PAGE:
It’s easy for a company to say it values safety. They can provide the numbers we’ve discussed in previous posts, such as EMRs and incident rates, or record the number of safety meetings they conduct in a given year. But how can owners and general contractors, looking to hire a subcontractor, tell if the safety program has traction within a company? Luckily, there are ways to independently measure such factors.

How we do our work

There’s a saying at Thomas Industrial Coatings, that safety is not something we do in addition to our work. It’s how we do our work. In the spirit of this commitment, a number of safety-related programs have worked their way into our company culture. Through these programs we ensure that job-site safety is always top-of-mind.

These programs include:

  • Safety Plan – An annual, strategic safety performance plan developed and monitored by the Safety Leadership Teams, at all levels, which establishes the long-range organizational safety performance destination, annual performance goals, incident frequency and severity focal points, milestones, and specific safety management activity frequencies.
  • Leadership Teams- The purpose of the Team is to meet frequently, define the specific long term safety and health objectives of the organization, establish performance outcomes, drive accountability, closely monitor performance at all levels, and manage significant safety and health issues and trends.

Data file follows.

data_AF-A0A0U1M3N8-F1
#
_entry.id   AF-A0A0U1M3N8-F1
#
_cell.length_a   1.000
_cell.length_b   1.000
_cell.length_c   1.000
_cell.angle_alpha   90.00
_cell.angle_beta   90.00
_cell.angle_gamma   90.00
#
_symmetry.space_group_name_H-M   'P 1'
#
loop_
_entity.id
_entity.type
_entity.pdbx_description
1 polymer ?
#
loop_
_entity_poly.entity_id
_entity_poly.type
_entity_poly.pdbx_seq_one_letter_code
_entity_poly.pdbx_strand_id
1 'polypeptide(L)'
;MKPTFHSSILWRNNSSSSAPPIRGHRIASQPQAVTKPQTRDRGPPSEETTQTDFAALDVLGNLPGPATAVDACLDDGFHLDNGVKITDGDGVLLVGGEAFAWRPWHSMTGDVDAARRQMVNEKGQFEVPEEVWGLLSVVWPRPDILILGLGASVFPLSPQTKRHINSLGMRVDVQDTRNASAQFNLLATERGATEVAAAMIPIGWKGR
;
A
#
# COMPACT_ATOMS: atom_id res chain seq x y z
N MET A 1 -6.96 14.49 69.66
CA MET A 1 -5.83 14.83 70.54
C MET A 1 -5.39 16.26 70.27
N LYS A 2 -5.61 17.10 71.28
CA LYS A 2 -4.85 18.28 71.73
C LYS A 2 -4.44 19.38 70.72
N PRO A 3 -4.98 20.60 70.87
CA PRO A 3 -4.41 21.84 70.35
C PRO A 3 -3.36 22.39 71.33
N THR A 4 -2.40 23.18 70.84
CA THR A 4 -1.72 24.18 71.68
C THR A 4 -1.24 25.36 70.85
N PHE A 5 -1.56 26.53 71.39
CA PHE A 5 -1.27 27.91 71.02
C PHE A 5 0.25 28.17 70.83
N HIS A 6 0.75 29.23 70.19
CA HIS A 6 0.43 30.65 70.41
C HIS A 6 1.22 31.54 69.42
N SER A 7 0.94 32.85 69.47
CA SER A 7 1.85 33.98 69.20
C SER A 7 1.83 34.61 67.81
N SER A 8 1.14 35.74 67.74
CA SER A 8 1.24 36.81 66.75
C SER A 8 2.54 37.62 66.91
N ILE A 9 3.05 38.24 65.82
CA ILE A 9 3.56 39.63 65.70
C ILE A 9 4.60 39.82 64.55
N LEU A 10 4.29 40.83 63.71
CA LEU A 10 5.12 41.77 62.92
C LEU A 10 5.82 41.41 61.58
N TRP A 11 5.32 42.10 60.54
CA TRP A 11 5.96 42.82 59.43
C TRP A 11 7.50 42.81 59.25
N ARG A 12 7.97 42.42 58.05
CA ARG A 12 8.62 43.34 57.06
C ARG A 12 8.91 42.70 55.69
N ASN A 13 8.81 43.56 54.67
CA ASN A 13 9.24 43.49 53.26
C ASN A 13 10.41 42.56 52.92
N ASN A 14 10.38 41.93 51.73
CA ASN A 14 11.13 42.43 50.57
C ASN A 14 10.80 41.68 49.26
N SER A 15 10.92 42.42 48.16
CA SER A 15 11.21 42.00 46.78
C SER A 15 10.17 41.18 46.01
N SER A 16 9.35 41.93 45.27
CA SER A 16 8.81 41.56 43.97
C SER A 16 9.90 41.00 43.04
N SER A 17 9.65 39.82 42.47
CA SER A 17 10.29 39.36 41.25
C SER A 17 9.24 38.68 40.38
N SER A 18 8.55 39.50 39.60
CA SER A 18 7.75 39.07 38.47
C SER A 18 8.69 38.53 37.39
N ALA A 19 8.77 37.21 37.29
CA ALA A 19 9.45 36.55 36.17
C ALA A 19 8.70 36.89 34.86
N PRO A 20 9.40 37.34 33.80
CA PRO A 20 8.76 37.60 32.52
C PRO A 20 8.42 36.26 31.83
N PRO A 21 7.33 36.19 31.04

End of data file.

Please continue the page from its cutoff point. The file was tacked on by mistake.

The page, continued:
• Take 5 for Safety- The goal of the Take 5 meeting is to first engage the Foreman in considering how upcoming work can be done in the most efficient and safest manner possible, and second to engage the employee in offering suggestions as to how they can participate in that process. Once these considerations have been made, the crew can more completely understand the plan, hazards, and precautions necessary for completing the work.
  • Time Out- Any employee at Thomas Industrial Coatings has the authority to stop a job if they feel it has become unsafe. For this program to be effective, employees must feel assured that there will be no negative repercussions for halting a job.
  • Safety Standup- This program is meant to recognize exemplary behavior or performance in safety. Recognition programs should be based on acknowledging, and sometimes rewarding, specific behaviors. Incentives based on low overall incident records can encourage underreporting. Be careful with these…
  • Find and Fix- This in another program designed to reward initiative in safety. Employees are recognized for noticing and correcting potentially unsafe working conditions or behaviors
  • Peer-to-Peer Coaching- A tool employees use to help each other work safer and smarter through observations and coaching.

Independent review

It would be easy for a company to congratulate itself on how deeply engrained safety is in the company culture. In reality, there are independent ways of measuring these factors. Consulting firms make a business of offering training in safety management. These companies also often offer surveys of the safety climate within an organization. An outside opinion on a company’s internal safety protocol can be invaluable.

Thomas Industrial Coatings recently enlisted a well-respected, independent safety consultant to conduct one such survey of our own safety climate. The survey was made up of 78 questions put before 124 employees, resulting in 9,672 individual answers.

According to the expert’s criteria, a score of 75% is considered average. Scores above average typically require only minor adjustments. The overall Safety Climate Survey Score for Thomas Industrial Coatings was 86%, one of the higher scores the company has ever awarded. We take pride in that number. Thomas Pride.

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Ask the right questions about safety. Download our guide for hiring a safe industrial painter.

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